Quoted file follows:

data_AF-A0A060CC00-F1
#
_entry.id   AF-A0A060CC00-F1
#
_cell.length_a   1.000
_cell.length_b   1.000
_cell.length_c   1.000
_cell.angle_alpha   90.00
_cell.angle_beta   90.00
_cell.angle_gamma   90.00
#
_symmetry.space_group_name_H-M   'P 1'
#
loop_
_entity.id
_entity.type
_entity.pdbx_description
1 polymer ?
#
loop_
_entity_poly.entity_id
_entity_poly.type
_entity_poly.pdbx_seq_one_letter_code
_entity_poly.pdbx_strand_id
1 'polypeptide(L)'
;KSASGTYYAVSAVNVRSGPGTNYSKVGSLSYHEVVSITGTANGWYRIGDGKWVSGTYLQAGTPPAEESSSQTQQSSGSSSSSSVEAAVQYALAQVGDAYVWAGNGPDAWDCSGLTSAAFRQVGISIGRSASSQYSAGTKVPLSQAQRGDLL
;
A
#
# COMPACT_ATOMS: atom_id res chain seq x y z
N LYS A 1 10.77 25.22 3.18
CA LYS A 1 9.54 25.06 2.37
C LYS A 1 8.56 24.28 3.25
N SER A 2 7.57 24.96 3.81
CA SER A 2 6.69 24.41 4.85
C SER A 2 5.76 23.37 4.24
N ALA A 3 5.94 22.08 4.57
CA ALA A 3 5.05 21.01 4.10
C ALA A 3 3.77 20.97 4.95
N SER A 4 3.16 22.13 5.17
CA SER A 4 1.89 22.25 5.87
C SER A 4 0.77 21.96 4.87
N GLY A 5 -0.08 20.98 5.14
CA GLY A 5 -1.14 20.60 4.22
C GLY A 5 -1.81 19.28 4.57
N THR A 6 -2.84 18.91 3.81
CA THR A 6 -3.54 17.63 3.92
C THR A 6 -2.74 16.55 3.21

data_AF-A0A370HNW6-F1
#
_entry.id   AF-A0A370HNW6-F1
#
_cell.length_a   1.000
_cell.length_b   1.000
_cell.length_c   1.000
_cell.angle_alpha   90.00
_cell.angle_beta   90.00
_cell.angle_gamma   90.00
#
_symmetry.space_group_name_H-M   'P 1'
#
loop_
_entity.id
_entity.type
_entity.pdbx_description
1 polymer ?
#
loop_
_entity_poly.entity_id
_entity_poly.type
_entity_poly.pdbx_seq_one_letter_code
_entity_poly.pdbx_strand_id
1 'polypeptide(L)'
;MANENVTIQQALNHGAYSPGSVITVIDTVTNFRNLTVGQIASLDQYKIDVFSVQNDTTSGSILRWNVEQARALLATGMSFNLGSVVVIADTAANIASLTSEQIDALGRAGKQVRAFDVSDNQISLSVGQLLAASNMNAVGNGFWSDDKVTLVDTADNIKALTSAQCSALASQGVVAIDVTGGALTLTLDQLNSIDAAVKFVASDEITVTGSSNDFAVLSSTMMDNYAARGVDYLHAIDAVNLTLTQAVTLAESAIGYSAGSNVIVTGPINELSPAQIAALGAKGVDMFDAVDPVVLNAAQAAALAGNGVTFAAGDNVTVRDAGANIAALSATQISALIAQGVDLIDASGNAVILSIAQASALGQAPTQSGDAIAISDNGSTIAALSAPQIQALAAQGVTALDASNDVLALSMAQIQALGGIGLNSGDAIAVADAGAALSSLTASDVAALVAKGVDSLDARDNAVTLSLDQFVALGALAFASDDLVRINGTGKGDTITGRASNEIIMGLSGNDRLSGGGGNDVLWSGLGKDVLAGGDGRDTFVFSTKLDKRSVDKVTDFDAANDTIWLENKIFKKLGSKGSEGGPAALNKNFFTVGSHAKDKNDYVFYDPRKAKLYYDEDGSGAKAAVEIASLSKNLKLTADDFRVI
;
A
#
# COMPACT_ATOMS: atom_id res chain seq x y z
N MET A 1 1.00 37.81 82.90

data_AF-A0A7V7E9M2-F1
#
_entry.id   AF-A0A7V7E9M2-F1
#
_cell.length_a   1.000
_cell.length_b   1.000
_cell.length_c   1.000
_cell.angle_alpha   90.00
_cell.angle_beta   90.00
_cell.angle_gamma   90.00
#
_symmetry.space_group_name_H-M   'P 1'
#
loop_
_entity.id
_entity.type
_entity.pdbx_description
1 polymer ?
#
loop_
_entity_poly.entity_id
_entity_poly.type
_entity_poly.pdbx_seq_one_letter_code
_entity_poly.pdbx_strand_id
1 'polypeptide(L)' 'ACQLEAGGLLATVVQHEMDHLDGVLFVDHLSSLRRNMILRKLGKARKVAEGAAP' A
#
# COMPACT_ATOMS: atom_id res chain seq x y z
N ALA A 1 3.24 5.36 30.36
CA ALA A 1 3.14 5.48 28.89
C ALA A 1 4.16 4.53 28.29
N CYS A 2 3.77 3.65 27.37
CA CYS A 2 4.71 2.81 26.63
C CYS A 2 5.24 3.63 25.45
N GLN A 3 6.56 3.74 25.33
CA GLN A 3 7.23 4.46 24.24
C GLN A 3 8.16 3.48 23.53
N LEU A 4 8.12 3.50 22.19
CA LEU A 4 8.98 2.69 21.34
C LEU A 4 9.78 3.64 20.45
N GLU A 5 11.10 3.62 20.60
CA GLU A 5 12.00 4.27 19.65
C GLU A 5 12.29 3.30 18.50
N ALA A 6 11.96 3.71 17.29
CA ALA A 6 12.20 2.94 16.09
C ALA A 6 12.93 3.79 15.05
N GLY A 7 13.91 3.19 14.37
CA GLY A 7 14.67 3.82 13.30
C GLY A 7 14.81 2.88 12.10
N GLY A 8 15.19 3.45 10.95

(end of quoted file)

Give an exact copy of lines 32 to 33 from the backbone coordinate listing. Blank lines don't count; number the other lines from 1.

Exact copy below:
CA LYS A 1 9.54 25.06 2.37
C LYS A 1 8.56 24.28 3.25